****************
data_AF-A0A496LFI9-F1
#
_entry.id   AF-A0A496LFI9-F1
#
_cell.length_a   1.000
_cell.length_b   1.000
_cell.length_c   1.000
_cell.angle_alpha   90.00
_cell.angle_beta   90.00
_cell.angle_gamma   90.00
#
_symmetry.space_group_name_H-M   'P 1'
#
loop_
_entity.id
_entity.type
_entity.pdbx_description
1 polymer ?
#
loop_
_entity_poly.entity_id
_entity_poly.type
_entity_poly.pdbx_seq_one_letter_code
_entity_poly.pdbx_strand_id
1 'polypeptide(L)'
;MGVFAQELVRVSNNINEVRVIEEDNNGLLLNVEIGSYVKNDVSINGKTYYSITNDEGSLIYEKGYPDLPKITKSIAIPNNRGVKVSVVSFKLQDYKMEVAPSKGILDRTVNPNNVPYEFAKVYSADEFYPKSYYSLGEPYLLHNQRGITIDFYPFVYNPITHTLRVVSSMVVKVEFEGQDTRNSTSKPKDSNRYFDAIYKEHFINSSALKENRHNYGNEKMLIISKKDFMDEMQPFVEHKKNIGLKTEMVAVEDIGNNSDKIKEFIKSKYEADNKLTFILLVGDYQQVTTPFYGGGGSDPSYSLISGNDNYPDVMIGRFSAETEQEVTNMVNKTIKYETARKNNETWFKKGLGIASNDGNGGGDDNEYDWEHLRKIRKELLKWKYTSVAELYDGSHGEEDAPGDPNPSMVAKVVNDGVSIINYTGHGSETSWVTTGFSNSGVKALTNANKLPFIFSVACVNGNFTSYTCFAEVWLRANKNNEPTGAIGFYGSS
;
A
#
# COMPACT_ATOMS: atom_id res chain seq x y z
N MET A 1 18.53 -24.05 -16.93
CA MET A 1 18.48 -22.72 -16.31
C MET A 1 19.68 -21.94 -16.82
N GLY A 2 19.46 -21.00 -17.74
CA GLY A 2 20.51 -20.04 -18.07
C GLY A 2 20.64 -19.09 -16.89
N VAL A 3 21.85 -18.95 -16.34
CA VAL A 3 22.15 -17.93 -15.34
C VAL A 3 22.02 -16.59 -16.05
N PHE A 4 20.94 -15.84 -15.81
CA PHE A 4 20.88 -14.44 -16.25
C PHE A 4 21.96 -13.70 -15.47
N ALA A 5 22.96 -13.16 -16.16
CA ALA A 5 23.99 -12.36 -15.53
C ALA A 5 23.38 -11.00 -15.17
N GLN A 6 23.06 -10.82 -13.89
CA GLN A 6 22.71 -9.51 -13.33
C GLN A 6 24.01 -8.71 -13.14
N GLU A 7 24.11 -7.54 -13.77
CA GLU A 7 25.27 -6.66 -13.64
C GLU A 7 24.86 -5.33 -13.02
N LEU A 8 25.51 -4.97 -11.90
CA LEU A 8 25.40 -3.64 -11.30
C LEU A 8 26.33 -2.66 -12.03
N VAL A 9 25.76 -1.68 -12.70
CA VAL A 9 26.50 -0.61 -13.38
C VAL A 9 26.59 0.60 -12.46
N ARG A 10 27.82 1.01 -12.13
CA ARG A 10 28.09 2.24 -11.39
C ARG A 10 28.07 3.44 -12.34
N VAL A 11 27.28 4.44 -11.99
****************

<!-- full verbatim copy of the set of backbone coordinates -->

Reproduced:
data_AF-A0A496LFI9-F1
#
_entry.id   AF-A0A496LFI9-F1
#
_cell.length_a   1.000
_cell.length_b   1.000
_cell.length_c   1.000
_cell.angle_alpha   90.00
_cell.angle_beta   90.00
_cell.angle_gamma   90.00
#
_symmetry.space_group_name_H-M   'P 1'
#
loop_
_entity.id
_entity.type
_entity.pdbx_description
1 polymer ?
#
loop_
_entity_poly.entity_id
_entity_poly.type
_entity_poly.pdbx_seq_one_letter_code
_entity_poly.pdbx_strand_id
1 'polypeptide(L)'
;MGVFAQELVRVSNNINEVRVIEEDNNGLLLNVEIGSYVKNDVSINGKTYYSITNDEGSLIYEKGYPDLPKITKSIAIPNNRGVKVSVVSFKLQDYKMEVAPSKGILDRTVNPNNVPYEFAKVYSADEFYPKSYYSLGEPYLLHNQRGITIDFYPFVYNPITHTLRVVSSMVVKVEFEGQDTRNSTSKPKDSNRYFDAIYKEHFINSSALKENRHNYGNEKMLIISKKDFMDEMQPFVEHKKNIGLKTEMVAVEDIGNNSDKIKEFIKSKYEADNKLTFILLVGDYQQVTTPFYGGGGSDPSYSLISGNDNYPDVMIGRFSAETEQEVTNMVNKTIKYETARKNNETWFKKGLGIASNDGNGGGDDNEYDWEHLRKIRKELLKWKYTSVAELYDGSHGEEDAPGDPNPSMVAKVVNDGVSIINYTGHGSETSWVTTGFSNSGVKALTNANKLPFIFSVACVNGNFTSYTCFAEVWLRANKNNEPTGAIGFYGSS
;
A
#
# COMPACT_ATOMS: atom_id res chain seq x y z
N MET A 1 18.53 -24.05 -16.93
CA MET A 1 18.48 -22.72 -16.31
C MET A 1 19.68 -21.94 -16.82
N GLY A 2 19.46 -21.00 -17.74
CA GLY A 2 20.51 -20.04 -18.07
C GLY A 2 20.64 -19.09 -16.89
N VAL A 3 21.85 -18.95 -16.34
CA VAL A 3 22.15 -17.93 -15.34
C VAL A 3 22.02 -16.59 -16.05
N PHE A 4 20.94 -15.84 -15.81
CA PHE A 4 20.88 -14.44 -16.25
C PHE A 4 21.96 -13.70 -15.47
N ALA A 5 22.96 -13.16 -16.16
CA ALA A 5 23.99 -12.36 -15.53
C ALA A 5 23.38 -11.00 -15.17
N GLN A 6 23.06 -10.82 -13.89
CA GLN A 6 22.71 -9.51 -13.33
C GLN A 6 24.01 -8.71 -13.14
N GLU A 7 24.11 -7.54 -13.77
CA GLU A 7 25.27 -6.66 -13.64
C GLU A 7 24.86 -5.33 -13.02
N LEU A 8 25.51 -4.97 -11.90
CA LEU A 8 25.40 -3.64 -11.30
C LEU A 8 26.33 -2.66 -12.03
N VAL A 9 25.76 -1.68 -12.70
CA VAL A 9 26.50 -0.61 -13.38
C VAL A 9 26.59 0.60 -12.46
N ARG A 10 27.82 1.01 -12.13
CA ARG A 10 28.09 2.24 -11.39
C ARG A 10 28.07 3.44 -12.34
N VAL A 11 27.28 4.44 -11.99